EGU2020-5973, updated on 04 Jan 2024
EGU General Assembly 2020
© Author(s) 2024. This work is distributed under
the Creative Commons Attribution 4.0 License.

Crop residues amendments quality and effect on greenhouse gas emissions and aggregate stability

Gheorghe Stegarescu, Jordi Escuer, Karin Kauer, and Endla Reintam
Gheorghe Stegarescu et al.
  • Estonian University of Life Sciences, Institute of Agriculture and Environmental Sciences, Chair of Soil Sciences, Estonia (

The organic residues amendments have been widely studied for their essential role of enriching the soil with organic matter. Although the pathways of the fresh organic matter additions are very complex, so is the effect. Thus, the quality of the crop residues incorporated into the soil is a valuable attribute when deciding to switch to conservation agriculture. The different C/N ratio and biochemical composition of the crop residues will affect in various ways soil CO2, N2O and CH4 emissions and soil structural stability. The study explores the effect of different crop residues incorporated in the soil on greenhouse gas emissions and aggregate stability. The incubation experiment consisted of five treatments: control (just soil), sand (as reference), soil mixed with wheat straw, soil mixed with green fresh rye residues and soil mixed with green fresh oilseed rape residues. The residues were applied into the soil at a rate of 6 g C kg-1 of soil. The pots of all the treatments were placed for incubation for 105 days at approximately 23 oC and covered with dark plastic bags. The wetting procedure was done five times at 0-11-26-46-75 days to bring the soil to field capacity for water. The sampling for the gas emissions and aggregate stability was done before wetting and after wetting. The gas emissions were sampled using the chamber method and analysed in a Gas Chromatographer. The water-stable aggregates were analysed using the wet sieving method. The plant material was chemically analysed for total carbon and nitrogen and the biochemical composition on Fourier Transform Infrared Spectroscopy. The results revealed that the cumulative CO2 emissions in oilseed rape were 8% higher than in rye treatment. Also, it was 76% higher than in wheat straw treatment and 95 % higher than in control treatment. The highest cumulative N2O emissions were registered in rye treatment 18.79 (±0.48) mg m-2 h-1. Oilseed rape treatment had 19% lower cumulative emissions compared to rye and 98 % higher compared to control and wheat straw treatments. Both rye and oilseed rape had a low C/N ratio 12 and 10, respectively whereas wheat straw had 98 C/N ratio. From a biochemical point of view, the wheat straw was richer in stable compounds such as lignin, cellulose and hemicellulose followed by rye and oilseed rape which had a higher content of labile compounds such as sugars and easily decomposable proteins. In general mean aggregate stability increased significantly only in the wheat straw treatment being 34.69% ±1.35.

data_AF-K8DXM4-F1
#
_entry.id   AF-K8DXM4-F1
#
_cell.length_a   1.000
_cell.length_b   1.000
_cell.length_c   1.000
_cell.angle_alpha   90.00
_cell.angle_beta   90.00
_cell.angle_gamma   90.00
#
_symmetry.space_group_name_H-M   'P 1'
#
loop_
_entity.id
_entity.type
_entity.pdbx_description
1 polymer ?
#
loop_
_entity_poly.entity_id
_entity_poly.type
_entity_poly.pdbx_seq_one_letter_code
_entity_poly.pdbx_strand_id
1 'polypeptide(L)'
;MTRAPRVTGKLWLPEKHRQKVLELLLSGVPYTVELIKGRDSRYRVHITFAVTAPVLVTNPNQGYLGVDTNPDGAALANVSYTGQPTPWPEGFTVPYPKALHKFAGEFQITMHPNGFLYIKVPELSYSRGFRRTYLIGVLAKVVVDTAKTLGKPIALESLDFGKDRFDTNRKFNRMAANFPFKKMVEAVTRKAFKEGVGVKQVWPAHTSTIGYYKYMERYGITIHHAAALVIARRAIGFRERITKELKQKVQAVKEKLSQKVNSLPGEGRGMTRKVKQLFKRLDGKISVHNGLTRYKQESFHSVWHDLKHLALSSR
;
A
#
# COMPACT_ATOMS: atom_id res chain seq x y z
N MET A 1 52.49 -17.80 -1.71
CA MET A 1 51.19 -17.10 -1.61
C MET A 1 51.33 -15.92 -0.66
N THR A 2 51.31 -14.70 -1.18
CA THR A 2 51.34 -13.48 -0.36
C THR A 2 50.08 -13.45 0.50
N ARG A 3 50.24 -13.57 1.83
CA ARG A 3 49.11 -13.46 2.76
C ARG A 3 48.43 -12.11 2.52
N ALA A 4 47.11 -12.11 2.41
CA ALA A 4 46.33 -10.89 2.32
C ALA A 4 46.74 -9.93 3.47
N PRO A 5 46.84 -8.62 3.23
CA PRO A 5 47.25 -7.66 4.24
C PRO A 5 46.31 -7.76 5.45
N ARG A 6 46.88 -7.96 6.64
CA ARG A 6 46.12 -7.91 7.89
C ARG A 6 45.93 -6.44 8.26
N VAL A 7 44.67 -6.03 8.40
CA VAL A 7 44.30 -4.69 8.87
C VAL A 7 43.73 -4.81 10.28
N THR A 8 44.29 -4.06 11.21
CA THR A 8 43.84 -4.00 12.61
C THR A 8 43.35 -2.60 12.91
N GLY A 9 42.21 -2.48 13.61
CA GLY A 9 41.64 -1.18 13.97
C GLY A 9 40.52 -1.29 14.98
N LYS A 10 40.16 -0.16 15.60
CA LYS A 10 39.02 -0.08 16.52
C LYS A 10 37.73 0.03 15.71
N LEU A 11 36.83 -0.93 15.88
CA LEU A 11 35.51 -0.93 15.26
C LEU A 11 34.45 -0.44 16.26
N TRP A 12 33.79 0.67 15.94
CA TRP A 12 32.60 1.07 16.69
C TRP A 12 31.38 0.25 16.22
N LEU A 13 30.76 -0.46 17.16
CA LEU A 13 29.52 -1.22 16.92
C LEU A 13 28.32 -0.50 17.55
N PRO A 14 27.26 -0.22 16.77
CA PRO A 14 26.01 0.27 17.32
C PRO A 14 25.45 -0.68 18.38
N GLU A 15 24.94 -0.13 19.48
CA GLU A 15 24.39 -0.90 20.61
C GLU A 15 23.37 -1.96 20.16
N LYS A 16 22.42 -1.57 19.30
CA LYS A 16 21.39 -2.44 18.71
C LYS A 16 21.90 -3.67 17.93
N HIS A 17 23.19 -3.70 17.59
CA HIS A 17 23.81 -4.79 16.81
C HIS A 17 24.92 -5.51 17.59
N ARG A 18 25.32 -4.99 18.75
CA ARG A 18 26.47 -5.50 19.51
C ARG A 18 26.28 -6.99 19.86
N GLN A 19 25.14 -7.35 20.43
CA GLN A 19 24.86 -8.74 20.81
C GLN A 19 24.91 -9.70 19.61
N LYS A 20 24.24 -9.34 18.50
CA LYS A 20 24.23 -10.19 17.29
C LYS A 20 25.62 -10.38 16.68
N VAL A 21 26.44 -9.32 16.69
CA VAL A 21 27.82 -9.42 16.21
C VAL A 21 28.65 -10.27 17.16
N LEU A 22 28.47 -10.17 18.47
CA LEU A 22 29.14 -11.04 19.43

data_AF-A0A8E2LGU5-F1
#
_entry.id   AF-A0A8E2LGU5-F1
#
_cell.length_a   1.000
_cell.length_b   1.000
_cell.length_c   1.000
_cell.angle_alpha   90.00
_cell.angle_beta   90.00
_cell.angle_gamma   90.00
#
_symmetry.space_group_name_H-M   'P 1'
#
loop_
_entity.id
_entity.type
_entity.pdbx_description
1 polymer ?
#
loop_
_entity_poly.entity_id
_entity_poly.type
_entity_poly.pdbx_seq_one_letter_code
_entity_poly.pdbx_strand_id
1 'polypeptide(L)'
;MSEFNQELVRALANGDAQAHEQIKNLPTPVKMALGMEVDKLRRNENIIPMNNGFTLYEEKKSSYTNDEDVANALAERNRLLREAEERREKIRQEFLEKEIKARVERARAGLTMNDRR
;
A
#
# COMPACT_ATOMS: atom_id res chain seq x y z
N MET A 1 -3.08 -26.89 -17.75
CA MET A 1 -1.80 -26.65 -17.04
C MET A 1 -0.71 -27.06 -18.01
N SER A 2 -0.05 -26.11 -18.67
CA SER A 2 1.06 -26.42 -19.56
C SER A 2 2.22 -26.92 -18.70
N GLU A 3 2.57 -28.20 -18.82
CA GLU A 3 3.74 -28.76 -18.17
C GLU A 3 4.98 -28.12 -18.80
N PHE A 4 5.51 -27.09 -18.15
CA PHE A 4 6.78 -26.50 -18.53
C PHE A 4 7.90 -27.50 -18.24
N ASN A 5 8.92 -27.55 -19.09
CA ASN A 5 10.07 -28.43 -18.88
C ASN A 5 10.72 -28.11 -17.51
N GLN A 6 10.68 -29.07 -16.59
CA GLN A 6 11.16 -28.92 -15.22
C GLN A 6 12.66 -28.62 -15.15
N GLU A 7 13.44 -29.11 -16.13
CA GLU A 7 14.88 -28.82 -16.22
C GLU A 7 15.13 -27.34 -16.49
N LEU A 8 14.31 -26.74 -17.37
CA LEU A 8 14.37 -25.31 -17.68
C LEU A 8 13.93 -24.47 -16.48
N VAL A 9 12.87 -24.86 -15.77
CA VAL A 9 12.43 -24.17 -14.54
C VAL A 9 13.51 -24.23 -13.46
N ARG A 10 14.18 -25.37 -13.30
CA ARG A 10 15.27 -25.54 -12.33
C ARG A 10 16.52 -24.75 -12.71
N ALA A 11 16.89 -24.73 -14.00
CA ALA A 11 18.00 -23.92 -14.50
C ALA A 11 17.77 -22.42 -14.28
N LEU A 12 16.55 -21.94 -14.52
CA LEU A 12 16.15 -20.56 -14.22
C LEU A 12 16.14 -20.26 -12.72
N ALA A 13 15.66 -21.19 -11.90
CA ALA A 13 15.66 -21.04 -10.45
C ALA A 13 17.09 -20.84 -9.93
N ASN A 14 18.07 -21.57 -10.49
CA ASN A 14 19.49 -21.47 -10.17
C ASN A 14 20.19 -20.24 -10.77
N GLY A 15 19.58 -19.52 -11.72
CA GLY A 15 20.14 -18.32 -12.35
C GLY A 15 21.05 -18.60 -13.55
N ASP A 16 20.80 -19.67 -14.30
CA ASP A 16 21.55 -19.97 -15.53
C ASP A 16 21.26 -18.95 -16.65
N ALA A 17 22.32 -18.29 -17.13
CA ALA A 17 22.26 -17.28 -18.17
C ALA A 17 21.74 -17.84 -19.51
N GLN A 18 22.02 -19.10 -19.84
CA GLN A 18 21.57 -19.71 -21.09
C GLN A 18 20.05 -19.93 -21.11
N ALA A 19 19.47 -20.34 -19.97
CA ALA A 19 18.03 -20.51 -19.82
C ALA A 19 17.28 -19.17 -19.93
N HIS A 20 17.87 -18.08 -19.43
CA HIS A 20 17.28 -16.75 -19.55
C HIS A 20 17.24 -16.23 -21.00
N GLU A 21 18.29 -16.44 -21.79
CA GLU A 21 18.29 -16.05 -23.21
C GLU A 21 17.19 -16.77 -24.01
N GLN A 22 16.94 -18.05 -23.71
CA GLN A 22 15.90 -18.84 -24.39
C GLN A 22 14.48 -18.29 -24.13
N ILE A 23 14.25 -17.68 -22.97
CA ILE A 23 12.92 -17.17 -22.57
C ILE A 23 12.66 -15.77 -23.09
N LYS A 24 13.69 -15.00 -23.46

In conclusion, this study showed that crop residues with low C/N ratio have a negative effect on greenhouse emissions. But do not have a long term effect on the increase of aggregate stability. On the contrary, the wheat straw has a positive impact on greenhouse gases, and it increased aggregate stability. 

How to cite: Stegarescu, G., Escuer, J., Kauer, K., and Reintam, E.: Crop residues amendments quality and effect on greenhouse gas emissions and aggregate stability, EGU General Assembly 2020, Online, 4–8 May 2020, EGU2020-5973,, 2020.